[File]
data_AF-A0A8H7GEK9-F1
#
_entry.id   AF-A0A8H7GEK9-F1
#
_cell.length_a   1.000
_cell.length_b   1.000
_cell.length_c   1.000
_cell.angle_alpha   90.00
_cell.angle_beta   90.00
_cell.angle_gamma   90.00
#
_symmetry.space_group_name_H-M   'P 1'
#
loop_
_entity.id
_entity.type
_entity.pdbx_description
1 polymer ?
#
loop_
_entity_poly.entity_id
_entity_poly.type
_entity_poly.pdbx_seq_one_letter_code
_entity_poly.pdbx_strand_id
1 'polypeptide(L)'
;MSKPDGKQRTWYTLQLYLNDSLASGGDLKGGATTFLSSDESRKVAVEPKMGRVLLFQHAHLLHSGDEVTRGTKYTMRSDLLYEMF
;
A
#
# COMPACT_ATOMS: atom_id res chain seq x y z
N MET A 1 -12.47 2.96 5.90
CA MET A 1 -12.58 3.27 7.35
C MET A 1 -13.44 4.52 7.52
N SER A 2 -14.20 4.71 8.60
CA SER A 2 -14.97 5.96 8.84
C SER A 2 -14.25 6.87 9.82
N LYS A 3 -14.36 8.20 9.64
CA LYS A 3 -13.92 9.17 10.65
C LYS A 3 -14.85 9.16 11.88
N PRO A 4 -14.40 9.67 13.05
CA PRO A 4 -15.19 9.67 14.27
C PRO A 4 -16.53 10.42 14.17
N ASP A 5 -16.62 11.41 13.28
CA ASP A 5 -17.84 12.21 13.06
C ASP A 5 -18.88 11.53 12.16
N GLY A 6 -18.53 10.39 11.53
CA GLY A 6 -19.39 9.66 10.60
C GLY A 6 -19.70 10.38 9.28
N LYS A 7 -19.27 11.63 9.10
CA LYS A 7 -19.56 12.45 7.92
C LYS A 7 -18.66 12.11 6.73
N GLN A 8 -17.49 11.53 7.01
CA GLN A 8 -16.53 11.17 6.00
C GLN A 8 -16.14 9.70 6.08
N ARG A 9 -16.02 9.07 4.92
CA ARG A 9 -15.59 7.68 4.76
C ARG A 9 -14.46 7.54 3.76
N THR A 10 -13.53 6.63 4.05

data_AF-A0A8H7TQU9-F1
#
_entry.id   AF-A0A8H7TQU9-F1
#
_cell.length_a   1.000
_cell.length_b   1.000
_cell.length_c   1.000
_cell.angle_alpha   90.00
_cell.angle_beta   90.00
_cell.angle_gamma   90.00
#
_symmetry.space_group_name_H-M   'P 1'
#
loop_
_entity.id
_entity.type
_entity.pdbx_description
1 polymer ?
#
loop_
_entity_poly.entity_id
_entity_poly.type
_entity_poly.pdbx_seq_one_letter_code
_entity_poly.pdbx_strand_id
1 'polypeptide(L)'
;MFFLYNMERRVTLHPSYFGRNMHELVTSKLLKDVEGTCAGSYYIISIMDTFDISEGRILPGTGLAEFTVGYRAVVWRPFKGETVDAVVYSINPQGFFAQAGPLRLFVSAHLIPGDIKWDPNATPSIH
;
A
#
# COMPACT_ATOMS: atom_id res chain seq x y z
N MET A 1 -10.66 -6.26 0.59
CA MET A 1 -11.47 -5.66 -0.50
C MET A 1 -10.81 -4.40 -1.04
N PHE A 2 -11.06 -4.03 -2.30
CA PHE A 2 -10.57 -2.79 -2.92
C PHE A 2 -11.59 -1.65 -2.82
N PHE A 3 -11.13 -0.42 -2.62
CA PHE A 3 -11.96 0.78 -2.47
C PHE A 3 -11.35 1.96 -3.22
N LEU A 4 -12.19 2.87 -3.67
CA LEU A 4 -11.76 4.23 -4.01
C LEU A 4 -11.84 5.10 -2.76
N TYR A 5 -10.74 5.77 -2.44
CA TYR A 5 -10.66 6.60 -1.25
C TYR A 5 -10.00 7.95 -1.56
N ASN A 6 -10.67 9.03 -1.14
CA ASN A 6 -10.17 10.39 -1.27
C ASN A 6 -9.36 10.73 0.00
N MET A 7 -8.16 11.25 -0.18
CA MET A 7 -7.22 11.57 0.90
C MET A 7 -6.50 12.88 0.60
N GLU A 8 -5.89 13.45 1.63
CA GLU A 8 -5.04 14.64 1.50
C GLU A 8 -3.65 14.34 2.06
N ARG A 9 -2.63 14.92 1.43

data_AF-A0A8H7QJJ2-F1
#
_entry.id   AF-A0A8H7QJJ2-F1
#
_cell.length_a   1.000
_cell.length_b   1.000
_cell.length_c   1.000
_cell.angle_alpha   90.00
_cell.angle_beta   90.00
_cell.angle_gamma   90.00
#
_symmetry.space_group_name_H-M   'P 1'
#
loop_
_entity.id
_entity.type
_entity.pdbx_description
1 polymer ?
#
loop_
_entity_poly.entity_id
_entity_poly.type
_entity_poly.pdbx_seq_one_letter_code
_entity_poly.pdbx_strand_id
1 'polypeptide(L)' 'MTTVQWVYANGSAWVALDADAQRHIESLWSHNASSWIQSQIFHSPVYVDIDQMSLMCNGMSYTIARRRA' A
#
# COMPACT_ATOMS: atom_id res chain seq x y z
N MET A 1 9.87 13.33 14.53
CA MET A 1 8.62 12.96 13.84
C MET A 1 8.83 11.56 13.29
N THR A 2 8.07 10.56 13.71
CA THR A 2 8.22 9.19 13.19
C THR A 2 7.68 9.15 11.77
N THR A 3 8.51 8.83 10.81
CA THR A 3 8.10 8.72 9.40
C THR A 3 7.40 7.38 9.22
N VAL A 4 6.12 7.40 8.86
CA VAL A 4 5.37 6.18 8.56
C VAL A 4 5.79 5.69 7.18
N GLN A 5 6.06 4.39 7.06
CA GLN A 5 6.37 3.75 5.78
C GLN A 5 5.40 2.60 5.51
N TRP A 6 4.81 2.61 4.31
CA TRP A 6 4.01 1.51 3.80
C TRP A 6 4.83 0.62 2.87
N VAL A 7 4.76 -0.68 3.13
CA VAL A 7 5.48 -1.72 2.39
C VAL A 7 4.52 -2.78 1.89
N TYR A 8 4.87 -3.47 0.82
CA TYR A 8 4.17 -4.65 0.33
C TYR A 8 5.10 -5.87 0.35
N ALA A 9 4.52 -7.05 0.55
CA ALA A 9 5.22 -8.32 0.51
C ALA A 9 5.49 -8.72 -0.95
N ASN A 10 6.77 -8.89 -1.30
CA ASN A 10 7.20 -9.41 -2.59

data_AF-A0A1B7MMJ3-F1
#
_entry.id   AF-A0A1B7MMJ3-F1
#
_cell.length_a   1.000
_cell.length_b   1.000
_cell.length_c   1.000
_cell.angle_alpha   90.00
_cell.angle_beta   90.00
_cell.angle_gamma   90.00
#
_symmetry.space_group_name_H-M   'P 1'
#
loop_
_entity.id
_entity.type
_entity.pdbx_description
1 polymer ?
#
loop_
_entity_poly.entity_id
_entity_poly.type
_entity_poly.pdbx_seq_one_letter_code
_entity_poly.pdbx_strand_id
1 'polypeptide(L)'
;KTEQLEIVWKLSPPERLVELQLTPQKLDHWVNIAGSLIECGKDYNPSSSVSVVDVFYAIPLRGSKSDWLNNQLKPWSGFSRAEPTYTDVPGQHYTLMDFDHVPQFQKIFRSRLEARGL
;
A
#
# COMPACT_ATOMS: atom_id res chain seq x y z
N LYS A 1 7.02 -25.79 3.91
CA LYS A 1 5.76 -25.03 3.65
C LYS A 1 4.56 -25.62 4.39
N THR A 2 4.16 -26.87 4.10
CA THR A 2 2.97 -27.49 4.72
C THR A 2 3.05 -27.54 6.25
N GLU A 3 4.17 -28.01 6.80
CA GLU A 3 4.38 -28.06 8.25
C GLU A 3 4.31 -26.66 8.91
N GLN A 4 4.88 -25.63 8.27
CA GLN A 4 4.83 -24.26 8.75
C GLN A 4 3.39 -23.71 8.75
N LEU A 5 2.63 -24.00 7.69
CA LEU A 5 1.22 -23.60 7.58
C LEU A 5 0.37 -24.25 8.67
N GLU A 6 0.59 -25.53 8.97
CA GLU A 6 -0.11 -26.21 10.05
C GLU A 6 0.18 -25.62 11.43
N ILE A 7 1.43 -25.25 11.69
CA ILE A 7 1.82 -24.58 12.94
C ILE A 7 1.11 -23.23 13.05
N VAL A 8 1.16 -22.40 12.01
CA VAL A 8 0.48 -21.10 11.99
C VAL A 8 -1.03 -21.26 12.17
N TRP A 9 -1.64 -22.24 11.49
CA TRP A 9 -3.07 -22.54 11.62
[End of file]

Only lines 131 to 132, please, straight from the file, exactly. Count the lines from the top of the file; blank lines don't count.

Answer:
1 polymer ?
#